Field experiments 2009 to 2011. Effect of Galla chinensis and an adhesive with a slurry or a ‘sandwich’ coating technique, a warm water and a bacterial treatment on (a) number of emerged plants per row and (b) yield from seeds infected by Microdochium majus. Galla: Galla chinensis (2 g 100 g seeds−1); C1: seed coating by Incotec with the adhesive Organic Binder (OB) at 50%; C1 + Galla: C1 applying G. chinensis with a slurry technique; C2: seed coating by Agroscope ART with OB at 50%; C2 + Galla: C2 applying G. chinensis with a ‘sandwich’ technique; C3: seed coating by Agroscope ART with OB at 40%; C3 + Galla: C3 applying G. chinensis with a slurry technique; warm water: 45°C, 2 h; Cerall®: Bacterial product at 1 mL 100 g seeds−1. Error bars indicate the standard error of the mean. *Treatments that were significantly different from the control treatment following a two-way anova (year × treatment) (at α = 0·05).

Discussion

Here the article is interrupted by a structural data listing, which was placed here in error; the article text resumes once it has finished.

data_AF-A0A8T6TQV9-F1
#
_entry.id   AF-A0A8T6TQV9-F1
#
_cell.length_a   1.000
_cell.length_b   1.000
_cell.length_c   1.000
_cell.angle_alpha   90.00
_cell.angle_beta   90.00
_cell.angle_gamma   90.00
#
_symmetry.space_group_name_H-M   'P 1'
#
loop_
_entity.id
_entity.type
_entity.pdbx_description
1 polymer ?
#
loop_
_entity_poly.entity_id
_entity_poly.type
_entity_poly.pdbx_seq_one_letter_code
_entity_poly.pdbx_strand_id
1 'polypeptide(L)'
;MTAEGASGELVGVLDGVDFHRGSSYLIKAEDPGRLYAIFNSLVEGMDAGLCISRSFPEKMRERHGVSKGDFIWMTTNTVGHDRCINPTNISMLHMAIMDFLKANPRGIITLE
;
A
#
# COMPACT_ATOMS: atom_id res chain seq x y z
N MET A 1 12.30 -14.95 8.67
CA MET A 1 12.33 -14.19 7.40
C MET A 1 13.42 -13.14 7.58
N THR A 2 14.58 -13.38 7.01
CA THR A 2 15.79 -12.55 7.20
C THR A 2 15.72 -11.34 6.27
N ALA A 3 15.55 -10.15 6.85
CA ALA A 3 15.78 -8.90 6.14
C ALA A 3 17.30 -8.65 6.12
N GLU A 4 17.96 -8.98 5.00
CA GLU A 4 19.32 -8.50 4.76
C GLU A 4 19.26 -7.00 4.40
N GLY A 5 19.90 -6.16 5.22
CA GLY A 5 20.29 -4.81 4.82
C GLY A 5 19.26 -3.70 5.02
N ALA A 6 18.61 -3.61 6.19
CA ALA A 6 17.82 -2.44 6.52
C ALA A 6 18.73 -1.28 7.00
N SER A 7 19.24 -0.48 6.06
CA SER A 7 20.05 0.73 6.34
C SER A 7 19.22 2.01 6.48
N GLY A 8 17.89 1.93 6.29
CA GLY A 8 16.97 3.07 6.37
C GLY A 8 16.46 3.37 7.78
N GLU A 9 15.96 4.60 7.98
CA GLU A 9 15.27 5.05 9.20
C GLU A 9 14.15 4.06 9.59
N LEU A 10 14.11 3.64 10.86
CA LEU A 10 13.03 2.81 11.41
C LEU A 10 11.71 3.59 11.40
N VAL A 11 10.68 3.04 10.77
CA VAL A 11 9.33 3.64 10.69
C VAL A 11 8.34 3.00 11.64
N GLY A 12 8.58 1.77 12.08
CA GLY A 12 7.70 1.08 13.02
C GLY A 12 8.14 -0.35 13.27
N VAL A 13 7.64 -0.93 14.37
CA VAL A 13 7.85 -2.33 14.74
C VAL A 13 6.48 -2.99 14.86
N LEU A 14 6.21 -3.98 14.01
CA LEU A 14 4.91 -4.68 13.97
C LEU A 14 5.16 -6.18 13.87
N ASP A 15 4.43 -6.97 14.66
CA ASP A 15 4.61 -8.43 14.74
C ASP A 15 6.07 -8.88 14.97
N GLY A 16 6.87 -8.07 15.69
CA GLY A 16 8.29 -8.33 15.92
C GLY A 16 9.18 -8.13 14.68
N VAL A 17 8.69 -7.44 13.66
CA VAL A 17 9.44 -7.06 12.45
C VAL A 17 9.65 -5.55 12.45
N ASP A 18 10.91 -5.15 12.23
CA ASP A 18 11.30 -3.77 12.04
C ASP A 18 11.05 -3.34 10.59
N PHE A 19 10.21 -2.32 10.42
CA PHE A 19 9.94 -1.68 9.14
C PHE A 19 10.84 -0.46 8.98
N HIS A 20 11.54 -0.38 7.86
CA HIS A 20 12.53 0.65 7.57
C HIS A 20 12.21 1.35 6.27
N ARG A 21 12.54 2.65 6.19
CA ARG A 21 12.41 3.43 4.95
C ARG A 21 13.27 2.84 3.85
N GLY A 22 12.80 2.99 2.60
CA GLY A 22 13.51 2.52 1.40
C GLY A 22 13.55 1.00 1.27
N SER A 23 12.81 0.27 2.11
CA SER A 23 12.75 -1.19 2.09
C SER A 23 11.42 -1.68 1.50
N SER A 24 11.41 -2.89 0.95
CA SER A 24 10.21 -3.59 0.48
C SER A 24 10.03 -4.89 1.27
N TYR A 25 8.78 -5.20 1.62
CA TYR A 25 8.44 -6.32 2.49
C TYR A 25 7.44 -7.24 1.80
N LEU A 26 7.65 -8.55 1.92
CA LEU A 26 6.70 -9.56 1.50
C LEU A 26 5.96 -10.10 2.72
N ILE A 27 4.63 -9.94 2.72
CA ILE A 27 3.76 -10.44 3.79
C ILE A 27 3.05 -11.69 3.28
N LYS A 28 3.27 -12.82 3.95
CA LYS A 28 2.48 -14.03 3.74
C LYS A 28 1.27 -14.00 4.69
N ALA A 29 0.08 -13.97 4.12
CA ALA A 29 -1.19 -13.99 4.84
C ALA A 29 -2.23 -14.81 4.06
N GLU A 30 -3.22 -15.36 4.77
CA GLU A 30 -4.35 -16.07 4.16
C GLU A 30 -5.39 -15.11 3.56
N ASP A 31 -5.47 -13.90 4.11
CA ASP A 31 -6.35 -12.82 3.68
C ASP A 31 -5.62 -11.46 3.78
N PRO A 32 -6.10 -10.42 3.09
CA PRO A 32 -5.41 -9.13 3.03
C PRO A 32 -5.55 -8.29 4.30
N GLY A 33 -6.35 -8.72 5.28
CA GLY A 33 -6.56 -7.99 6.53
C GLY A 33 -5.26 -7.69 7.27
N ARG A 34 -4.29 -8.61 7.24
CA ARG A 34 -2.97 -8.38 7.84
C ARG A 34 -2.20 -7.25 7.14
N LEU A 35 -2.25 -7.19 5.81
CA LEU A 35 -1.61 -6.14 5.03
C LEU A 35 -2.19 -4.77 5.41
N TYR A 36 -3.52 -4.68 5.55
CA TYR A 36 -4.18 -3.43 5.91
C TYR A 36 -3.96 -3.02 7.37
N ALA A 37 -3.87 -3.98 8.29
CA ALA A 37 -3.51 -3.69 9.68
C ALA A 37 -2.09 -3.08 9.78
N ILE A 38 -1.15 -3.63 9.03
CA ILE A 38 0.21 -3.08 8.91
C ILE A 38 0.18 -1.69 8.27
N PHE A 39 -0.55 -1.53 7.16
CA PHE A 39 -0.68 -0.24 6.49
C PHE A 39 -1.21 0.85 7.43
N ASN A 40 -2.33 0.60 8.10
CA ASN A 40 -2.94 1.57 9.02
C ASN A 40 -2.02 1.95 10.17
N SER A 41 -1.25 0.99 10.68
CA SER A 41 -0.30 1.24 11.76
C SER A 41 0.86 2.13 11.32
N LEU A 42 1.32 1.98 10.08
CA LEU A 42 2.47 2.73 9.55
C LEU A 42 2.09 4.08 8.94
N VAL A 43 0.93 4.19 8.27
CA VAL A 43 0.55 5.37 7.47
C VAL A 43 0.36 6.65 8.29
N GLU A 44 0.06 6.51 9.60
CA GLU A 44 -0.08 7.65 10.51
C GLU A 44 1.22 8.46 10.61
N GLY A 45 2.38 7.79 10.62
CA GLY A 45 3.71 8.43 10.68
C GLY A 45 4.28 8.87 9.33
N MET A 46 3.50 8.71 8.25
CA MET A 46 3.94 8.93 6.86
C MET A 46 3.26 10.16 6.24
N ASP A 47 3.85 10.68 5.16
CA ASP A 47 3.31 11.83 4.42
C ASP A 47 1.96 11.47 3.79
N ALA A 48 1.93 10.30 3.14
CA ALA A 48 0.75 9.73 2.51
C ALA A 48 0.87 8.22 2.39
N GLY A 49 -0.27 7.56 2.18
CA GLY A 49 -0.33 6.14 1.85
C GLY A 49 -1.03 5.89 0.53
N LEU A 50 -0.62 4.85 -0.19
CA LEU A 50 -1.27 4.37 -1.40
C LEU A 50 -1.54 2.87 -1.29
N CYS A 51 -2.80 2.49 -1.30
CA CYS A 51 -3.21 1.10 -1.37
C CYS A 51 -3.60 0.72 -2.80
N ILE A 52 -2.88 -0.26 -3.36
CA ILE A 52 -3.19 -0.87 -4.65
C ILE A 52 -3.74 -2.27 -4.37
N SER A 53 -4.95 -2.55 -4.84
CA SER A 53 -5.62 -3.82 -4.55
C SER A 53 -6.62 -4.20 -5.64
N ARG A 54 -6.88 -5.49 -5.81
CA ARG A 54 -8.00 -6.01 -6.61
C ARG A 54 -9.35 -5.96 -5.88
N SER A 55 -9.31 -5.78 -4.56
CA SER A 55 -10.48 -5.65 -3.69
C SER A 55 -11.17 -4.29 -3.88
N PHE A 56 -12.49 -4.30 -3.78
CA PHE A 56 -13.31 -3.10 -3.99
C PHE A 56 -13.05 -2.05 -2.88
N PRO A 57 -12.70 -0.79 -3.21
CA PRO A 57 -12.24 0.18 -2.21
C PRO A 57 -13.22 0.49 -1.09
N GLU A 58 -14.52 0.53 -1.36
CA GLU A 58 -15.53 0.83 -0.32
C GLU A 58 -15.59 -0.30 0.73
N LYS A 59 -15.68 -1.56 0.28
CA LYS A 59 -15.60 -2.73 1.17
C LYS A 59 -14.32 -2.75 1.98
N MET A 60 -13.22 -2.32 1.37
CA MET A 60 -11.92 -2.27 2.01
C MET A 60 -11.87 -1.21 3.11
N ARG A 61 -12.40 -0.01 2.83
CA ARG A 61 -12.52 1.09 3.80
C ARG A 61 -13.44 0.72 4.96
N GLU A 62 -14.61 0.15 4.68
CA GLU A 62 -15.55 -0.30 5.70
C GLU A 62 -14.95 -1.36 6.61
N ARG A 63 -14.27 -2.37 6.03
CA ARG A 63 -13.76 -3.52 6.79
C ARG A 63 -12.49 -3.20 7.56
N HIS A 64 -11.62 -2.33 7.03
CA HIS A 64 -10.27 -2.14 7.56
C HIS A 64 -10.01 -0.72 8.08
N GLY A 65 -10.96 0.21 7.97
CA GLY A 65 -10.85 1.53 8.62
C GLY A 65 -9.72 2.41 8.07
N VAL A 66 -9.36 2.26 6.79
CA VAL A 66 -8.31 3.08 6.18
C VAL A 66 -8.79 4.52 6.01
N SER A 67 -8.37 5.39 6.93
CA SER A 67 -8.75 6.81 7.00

In this study, the effects of various botanicals on the snow mould-causing pathogen M. majus were tested in vitro and in planta. The choice of botanicals was based on literature data and on preliminary experiments. Aerial parts of the medicinal herb Filipendula ulmaria were reported to have both antibacterial and antifungal effects based on phenolics, in particular flavonoids, and on salicylaldehyde (e.g. Rauha et al., 2000). The antifungal effects were confirmed with preliminary experiments in the laboratory using acetone or ethanol extracts of F. ulmaria showing it to be one of the best performing botanicals with respect to reducing conidial germination and mycelium growth (data not shown). Matricaria chamomilla has been reported several times for its antimicrobial, anti-inflammatory and antiseptic properties (cited in Newall et al., 1996) while Tolouee et al. (2010) also observed antifungal effects through reduced growth and conidia production of Aspergillus niger. The antimicrobial effects of M. chamomilla are suggested to be based on various essential oils, with the sesquiterpene alcohol α-bisabolol as one of the main compounds (Tolouee et al., 2010). The antimicrobial properties of the essential oils of Thymus vulgaris have also been demonstrated before (e.g. Manou et al., 1998). In fact, Thymus essential oils were ranked as some of the most potent inhibitory substances against bacteria (Deans & Ritchie, 1987) and fungi (Giordani et al., 2004), which were mainly attributed to two phenolic compounds, thymol and carvacrol (Rota et al., 2008). Galla chinensis galls, used as a traditional Chinese herb, contain several tannin-derived components, such as gallic acid and methyl gallate (Ahn et al., 2005). The range of activities reported by G. chinensis is particularly broad, including inhibition of melanogenesis in melanoma cells (Chen et al., 2009), antidiarrhoeal (Chen et al., 2006), antioxidant, antibacterial (Tian et al., 2009) as well as antifungal (Ahn et al., 2005) effects. The investigation by Ahn et al. (2005) using extracts of G. chinensis demonstrated reduced conidial germination and appressorium formation of the rice blast-causing pathogen Magnaporthe oryzae, as well as reduced disease areas from various fungal plant pathogens in a whole plant bioassay. As these tannin-derived components of G. chinensis display a rather low pH, it could be speculated that the superior effect might also be due to the acidity. The pH of OB was 3·9 and the pH for the suspended botanicals ranged from 3·2 (G. chinensis) to 5·9 (T. vulgaris). However, fungal pathogens thrive well in a large range from highly acid to neutral conditions (e.g. Matthies et al., 1997).